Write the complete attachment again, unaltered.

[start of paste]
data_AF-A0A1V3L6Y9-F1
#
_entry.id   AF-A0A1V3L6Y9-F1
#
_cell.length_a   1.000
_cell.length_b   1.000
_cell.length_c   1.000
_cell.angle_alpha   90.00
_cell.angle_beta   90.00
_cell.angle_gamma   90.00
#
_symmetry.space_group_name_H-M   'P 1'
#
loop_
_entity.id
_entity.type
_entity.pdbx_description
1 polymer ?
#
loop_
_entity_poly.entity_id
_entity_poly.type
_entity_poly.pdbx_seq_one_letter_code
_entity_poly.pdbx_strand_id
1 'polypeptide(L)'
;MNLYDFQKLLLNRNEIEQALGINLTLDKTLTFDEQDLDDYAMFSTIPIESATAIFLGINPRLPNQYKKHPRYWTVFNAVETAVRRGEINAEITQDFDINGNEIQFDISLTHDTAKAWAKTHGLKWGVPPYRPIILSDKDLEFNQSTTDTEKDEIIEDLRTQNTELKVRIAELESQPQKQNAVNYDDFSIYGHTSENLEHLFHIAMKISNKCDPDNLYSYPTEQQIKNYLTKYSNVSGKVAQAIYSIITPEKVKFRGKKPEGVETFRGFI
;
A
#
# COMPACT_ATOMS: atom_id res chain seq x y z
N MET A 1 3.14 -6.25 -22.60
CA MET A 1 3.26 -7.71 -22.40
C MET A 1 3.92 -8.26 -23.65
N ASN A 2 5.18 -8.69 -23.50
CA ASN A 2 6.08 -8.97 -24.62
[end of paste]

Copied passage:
data_AF-A0A1V3L6Y9-F1
#
_entry.id   AF-A0A1V3L6Y9-F1
#
_cell.length_a   1.000
_cell.length_b   1.000
_cell.length_c   1.000
_cell.angle_alpha   90.00
_cell.angle_beta   90.00
_cell.angle_gamma   90.00
#
_symmetry.space_group_name_H-M   'P 1'
#
loop_
_entity.id
_entity.type
_entity.pdbx_description
1 polymer ?
#
loop_
_entity_poly.entity_id
_entity_poly.type
_entity_poly.pdbx_seq_one_letter_code
_entity_poly.pdbx_strand_id
1 'polypeptide(L)'
;MNLYDFQKLLLNRNEIEQALGINLTLDKTLTFDEQDLDDYAMFSTIPIESATAIFLGINPRLPNQYKKHPRYWTVFNAVETAVRRGEINAEITQDFDINGNEIQFDISLTHDTAKAWAKTHGLKWGVPPYRPIILSDKDLEFNQSTTDTEKDEIIEDLRTQNTELKVRIAELESQPQKQNAVNYDDFSIYGHTSENLEHLFHIAMKISNKCDPDNLYSYPTEQQIKNYLTKYSNVSGKVAQAIYSIITPEKVKFRGKKPEGVETFRGFI
;
A
#
# COMPACT_ATOMS: atom_id res chain seq x y z
N MET A 1 3.14 -6.25 -22.60
CA MET A 1 3.26 -7.71 -22.40
C MET A 1 3.92 -8.26 -23.65
N ASN A 2 5.18 -8.69 -23.50
CA ASN A 2 6.08 -8.97 -24.62